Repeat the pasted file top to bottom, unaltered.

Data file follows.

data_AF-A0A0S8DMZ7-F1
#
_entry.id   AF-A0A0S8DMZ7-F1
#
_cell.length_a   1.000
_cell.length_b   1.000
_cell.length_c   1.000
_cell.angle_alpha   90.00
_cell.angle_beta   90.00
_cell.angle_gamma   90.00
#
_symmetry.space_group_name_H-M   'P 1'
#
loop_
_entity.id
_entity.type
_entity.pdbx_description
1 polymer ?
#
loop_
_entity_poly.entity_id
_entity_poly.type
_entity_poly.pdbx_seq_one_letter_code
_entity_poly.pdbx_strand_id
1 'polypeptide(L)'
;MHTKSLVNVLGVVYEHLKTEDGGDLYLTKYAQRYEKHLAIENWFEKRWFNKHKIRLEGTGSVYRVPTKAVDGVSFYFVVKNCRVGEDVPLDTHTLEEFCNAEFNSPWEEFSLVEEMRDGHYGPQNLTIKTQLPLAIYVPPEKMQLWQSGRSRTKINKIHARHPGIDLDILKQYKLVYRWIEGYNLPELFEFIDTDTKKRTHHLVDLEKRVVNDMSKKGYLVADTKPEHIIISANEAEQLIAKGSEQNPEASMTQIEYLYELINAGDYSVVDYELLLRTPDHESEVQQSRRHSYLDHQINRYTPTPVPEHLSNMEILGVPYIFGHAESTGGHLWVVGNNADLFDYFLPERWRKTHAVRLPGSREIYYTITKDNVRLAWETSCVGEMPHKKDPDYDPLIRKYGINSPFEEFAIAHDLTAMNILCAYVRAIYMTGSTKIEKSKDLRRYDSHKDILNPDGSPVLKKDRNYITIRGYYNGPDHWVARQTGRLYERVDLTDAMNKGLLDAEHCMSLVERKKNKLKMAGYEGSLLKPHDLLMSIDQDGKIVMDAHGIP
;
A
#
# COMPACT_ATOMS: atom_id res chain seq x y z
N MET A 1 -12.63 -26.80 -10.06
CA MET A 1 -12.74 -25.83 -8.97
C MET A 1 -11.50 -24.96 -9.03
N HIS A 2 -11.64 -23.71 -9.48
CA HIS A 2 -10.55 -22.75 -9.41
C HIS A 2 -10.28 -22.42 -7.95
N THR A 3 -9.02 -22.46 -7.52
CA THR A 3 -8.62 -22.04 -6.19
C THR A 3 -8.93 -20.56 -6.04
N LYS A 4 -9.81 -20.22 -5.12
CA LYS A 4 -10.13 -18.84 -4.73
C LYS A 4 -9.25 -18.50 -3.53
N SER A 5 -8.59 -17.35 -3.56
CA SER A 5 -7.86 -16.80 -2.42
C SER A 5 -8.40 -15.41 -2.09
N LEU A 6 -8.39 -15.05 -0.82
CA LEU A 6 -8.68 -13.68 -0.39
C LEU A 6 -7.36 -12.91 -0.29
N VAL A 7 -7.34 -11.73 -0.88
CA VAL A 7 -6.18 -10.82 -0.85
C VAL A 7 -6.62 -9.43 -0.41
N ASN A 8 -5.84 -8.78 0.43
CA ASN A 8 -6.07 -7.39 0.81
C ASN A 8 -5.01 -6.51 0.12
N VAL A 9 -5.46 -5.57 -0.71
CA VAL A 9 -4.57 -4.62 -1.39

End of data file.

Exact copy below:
data_AF-A0A0S8DMZ7-F1
#
_entry.id   AF-A0A0S8DMZ7-F1
#
_cell.length_a   1.000
_cell.length_b   1.000
_cell.length_c   1.000
_cell.angle_alpha   90.00
_cell.angle_beta   90.00
_cell.angle_gamma   90.00
#
_symmetry.space_group_name_H-M   'P 1'
#
loop_
_entity.id
_entity.type
_entity.pdbx_description
1 polymer ?
#
loop_
_entity_poly.entity_id
_entity_poly.type
_entity_poly.pdbx_seq_one_letter_code
_entity_poly.pdbx_strand_id
1 'polypeptide(L)'
;MHTKSLVNVLGVVYEHLKTEDGGDLYLTKYAQRYEKHLAIENWFEKRWFNKHKIRLEGTGSVYRVPTKAVDGVSFYFVVKNCRVGEDVPLDTHTLEEFCNAEFNSPWEEFSLVEEMRDGHYGPQNLTIKTQLPLAIYVPPEKMQLWQSGRSRTKINKIHARHPGIDLDILKQYKLVYRWIEGYNLPELFEFIDTDTKKRTHHLVDLEKRVVNDMSKKGYLVADTKPEHIIISANEAEQLIAKGSEQNPEASMTQIEYLYELINAGDYSVVDYELLLRTPDHESEVQQSRRHSYLDHQINRYTPTPVPEHLSNMEILGVPYIFGHAESTGGHLWVVGNNADLFDYFLPERWRKTHAVRLPGSREIYYTITKDNVRLAWETSCVGEMPHKKDPDYDPLIRKYGINSPFEEFAIAHDLTAMNILCAYVRAIYMTGSTKIEKSKDLRRYDSHKDILNPDGSPVLKKDRNYITIRGYYNGPDHWVARQTGRLYERVDLTDAMNKGLLDAEHCMSLVERKKNKLKMAGYEGSLLKPHDLLMSIDQDGKIVMDAHGIP
;
A
#
# COMPACT_ATOMS: atom_id res chain seq x y z
N MET A 1 -12.63 -26.80 -10.06
CA MET A 1 -12.74 -25.83 -8.97
C MET A 1 -11.50 -24.96 -9.03
N HIS A 2 -11.64 -23.71 -9.48
CA HIS A 2 -10.55 -22.75 -9.41
C HIS A 2 -10.28 -22.42 -7.95
N THR A 3 -9.02 -22.46 -7.52
CA THR A 3 -8.62 -22.04 -6.19
C THR A 3 -8.93 -20.56 -6.04
N LYS A 4 -9.81 -20.22 -5.12
CA LYS A 4 -10.13 -18.84 -4.73
C LYS A 4 -9.25 -18.50 -3.53
N SER A 5 -8.59 -17.35 -3.56
CA SER A 5 -7.86 -16.80 -2.42
C SER A 5 -8.40 -15.41 -2.09
N LEU A 6 -8.39 -15.05 -0.82
CA LEU A 6 -8.68 -13.68 -0.39
C LEU A 6 -7.36 -12.91 -0.29
N VAL A 7 -7.34 -11.73 -0.88
CA VAL A 7 -6.18 -10.82 -0.85
C VAL A 7 -6.62 -9.43 -0.41
N ASN A 8 -5.84 -8.78 0.43
CA ASN A 8 -6.07 -7.39 0.81
C ASN A 8 -5.01 -6.51 0.12
N VAL A 9 -5.46 -5.57 -0.71
CA VAL A 9 -4.57 -4.62 -1.39